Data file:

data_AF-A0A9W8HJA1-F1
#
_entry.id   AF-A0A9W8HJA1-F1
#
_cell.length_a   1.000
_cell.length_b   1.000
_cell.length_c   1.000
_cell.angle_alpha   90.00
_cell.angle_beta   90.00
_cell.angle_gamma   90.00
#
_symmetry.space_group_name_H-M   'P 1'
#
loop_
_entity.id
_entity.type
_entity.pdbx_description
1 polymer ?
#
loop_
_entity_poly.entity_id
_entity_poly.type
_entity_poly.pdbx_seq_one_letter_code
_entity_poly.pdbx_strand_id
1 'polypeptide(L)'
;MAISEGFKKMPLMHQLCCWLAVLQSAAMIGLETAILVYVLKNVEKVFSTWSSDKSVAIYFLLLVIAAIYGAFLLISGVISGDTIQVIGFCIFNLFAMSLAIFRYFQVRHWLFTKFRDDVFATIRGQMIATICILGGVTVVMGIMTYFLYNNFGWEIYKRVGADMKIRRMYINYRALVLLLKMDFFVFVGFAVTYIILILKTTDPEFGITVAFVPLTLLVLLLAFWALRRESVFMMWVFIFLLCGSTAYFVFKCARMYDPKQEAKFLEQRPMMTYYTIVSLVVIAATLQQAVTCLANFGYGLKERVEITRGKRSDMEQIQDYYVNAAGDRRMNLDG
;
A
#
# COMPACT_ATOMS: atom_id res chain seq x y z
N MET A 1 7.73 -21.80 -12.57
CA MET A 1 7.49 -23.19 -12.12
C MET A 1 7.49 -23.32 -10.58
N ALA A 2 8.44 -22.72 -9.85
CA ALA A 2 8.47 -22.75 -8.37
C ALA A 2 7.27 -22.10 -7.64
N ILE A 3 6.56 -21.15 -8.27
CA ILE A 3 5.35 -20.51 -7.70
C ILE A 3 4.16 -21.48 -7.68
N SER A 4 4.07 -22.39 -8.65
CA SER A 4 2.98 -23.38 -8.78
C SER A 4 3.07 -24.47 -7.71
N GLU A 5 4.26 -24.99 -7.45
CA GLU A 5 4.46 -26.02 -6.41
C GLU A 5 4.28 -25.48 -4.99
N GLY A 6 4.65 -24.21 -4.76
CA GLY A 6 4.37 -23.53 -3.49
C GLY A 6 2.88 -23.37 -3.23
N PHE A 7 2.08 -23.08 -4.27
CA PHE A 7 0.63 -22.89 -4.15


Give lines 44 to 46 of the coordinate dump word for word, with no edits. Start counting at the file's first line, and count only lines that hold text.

CA GLU A 5 4.46 -26.02 -6.41
C GLU A 5 4.28 -25.48 -4.99
N GLY A 6 4.65 -24.21 -4.76